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With Rising Interest Rates, Charitable Remainder Trusts Are Gaining Popularity

Jan 3, 2023

Every taxpayer’s financial situation is unique, and some donors may be looking for a more sophisticated approach to charitable giving. A charitable remainder trust (“CRT”) can be an effective tool for accomplishing your philanthropic goals while also creating a source of income for yourself and your family. CRTs may qualify for a partial charitable deduction, provide a predictable income stream, allow the deferral of income taxes on the sale of the assets transferred to the trust, minimize exposure to estate taxes, and enable the taxpayer to plan for significant grants to a charity of choice. Unlike certain other approaches, CRTs become more attractive as interest rates soar because higher rates can reduce the actuarial value of the taxable gift. CRTs are extremely effective in the current environment and are a great tool to provide income through the retirement years while offsetting taxes and ultimately benefiting a charity.

The Nuts and Bolts of a CRT

A donor transfers property, cash or other assets, which may include publicly traded securities, certain closely held stocks, artwork and/or real estate, to an irrevocable trust.

Because the trust is irrevocable, the assets contributed to the CRT are removed from the donor’s estate.

When the CRT is created, the grantor may qualify for a charitable income tax deduction. This deduction is equal to the present value of the charitable organizations’ remainder interest, which are the assets that will pass to the charitable beneficiaries. After the value of the remainder is determined, there are several complex rules which can further limit the allowable amount of income tax deduction based on the type of property transferred, the type of charity selected and the grantor’s adjusted gross income. These complex limitations apply to all charitable donations and not just CRTs.

Upon the creation of the CRT, if it designates a non-spouse/non-charitable beneficiary to receive the income, there is a taxable gift to the non-spouse beneficiary when the CRT is funded. This taxable gift is reduced by the present value of the future income payments.

The trustee sells the assets in the trust at full market value and reinvests the proceeds in income-producing assets. No capital gains taxes are paid by the trust on the sale of the assets and any capital gains tax will be deferred until the time the trust distributes income to the beneficiary.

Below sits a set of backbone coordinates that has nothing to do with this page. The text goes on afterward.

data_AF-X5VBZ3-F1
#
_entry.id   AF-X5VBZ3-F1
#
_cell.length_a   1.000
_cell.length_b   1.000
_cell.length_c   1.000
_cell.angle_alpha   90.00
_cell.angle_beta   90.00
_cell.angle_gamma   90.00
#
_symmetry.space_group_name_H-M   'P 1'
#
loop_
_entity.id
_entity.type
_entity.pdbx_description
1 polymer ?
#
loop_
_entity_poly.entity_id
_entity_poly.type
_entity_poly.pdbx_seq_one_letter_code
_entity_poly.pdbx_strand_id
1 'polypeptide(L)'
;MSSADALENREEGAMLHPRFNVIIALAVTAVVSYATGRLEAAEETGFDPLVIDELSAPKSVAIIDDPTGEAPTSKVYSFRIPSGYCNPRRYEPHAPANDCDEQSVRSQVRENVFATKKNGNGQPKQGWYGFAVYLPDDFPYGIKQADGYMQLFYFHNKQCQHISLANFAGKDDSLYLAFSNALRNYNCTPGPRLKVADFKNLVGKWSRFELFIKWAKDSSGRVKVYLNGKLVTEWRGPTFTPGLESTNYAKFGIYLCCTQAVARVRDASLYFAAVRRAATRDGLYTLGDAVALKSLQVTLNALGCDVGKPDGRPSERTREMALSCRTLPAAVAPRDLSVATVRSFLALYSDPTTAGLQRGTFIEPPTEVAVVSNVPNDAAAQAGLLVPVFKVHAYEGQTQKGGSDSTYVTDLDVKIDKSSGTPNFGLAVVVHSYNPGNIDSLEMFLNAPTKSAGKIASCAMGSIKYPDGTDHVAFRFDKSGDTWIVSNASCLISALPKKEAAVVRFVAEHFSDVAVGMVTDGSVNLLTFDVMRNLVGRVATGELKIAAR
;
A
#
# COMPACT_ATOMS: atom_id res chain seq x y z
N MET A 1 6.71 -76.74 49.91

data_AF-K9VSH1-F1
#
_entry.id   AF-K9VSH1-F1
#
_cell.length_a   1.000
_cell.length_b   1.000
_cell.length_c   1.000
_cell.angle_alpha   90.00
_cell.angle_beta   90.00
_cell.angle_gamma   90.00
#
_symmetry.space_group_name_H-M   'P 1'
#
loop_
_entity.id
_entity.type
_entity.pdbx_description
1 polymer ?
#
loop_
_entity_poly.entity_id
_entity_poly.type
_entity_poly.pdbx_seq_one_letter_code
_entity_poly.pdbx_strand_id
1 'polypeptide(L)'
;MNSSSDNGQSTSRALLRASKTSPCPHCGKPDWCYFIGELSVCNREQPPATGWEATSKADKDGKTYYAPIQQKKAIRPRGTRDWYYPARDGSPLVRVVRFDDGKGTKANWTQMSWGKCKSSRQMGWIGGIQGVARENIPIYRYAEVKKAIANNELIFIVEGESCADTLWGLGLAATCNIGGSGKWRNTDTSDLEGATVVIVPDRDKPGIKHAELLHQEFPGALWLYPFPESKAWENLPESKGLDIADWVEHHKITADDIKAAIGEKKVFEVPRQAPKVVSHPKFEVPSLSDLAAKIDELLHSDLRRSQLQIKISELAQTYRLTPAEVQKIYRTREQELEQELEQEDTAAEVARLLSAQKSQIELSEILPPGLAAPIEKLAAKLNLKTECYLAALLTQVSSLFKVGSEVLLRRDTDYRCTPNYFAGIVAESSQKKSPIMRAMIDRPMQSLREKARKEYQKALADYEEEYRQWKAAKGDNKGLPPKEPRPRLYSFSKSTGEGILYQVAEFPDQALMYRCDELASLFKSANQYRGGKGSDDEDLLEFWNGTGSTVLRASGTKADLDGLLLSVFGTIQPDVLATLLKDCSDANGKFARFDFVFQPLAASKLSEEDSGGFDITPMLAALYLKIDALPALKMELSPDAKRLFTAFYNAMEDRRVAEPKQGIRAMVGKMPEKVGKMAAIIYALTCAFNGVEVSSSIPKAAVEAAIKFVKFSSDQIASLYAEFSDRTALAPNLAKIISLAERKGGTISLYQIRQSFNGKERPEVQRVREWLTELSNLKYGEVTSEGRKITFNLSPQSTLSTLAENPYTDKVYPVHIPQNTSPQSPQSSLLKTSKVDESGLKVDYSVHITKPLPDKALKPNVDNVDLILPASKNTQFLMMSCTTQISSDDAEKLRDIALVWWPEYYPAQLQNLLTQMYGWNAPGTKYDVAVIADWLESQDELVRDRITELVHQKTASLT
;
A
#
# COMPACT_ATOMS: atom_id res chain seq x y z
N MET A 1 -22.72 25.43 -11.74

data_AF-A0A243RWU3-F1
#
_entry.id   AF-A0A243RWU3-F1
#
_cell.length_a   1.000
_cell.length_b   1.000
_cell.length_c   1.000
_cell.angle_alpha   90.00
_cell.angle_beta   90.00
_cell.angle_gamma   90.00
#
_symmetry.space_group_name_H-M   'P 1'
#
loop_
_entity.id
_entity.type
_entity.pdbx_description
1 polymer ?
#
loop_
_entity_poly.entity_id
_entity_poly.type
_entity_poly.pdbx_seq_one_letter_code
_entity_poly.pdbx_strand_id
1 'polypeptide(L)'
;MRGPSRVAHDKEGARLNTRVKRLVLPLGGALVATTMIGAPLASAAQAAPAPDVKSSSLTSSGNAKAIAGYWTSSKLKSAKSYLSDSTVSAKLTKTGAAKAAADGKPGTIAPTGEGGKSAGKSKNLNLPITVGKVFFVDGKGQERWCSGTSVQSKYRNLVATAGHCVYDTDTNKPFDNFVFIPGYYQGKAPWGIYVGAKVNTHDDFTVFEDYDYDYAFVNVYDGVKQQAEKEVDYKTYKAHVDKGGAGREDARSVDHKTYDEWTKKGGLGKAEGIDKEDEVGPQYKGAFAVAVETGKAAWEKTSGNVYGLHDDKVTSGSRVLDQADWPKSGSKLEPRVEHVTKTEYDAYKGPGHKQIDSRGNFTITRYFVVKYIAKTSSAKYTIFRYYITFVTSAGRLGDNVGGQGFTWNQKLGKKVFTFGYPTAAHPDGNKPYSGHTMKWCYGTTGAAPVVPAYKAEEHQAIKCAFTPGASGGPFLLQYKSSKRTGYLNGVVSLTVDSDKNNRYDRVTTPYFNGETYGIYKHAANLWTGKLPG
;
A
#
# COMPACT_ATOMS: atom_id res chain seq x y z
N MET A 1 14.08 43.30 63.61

The CRT will pay out to the donor and/or other beneficiaries, either a fixed amount (annuity amount) or a percentage of the trust’s yearly asset value (unitrust amount), providing a stream of income over the term of the trust. The pay-out methodology is determined by the terms of the trust instrument.

CRTs are classified into two categories based on how they pay the beneficiaries, each with its own set of advantages and disadvantages:

A charitable remainder annuity trust (CRAT) does not accept new donations once it has been funded and pays out a specific dollar amount each year ranging from 5% to 50% of the trust's initial value when established.

A charitable remainder unitrust (CRUT) permits extra donations in addition the initial funding and pays out a specified proportion varying from 5% to 50% of the fair market value of the assets, valued annually.

A major benefit of both the CRAT and the CRUT is that the donated assets are no longer part of the estate, thus reducing future estate tax liabilities. A major disadvantage is that the trusts are irrevocable and cannot be changed and the donor no longer has control of the assets in the trust. The benefit of CRATs is that the payments are consistent, despite changes in the trust's value. CRUTs, on the other hand, permit pay-outs to keep up with inflation because they rise in value along with the trust. If the assets appreciate, the required payments increase; if they depreciate, the payment is reduced. This is determined on an annual basis since the trust assets are revalued once a year. A CRUT's possible drawback is that if the trust's value drops, dividends will likely be reduced.

The term of the trust can be for a specific term of up to 20 years or for the life of the income beneficiary/beneficiaries.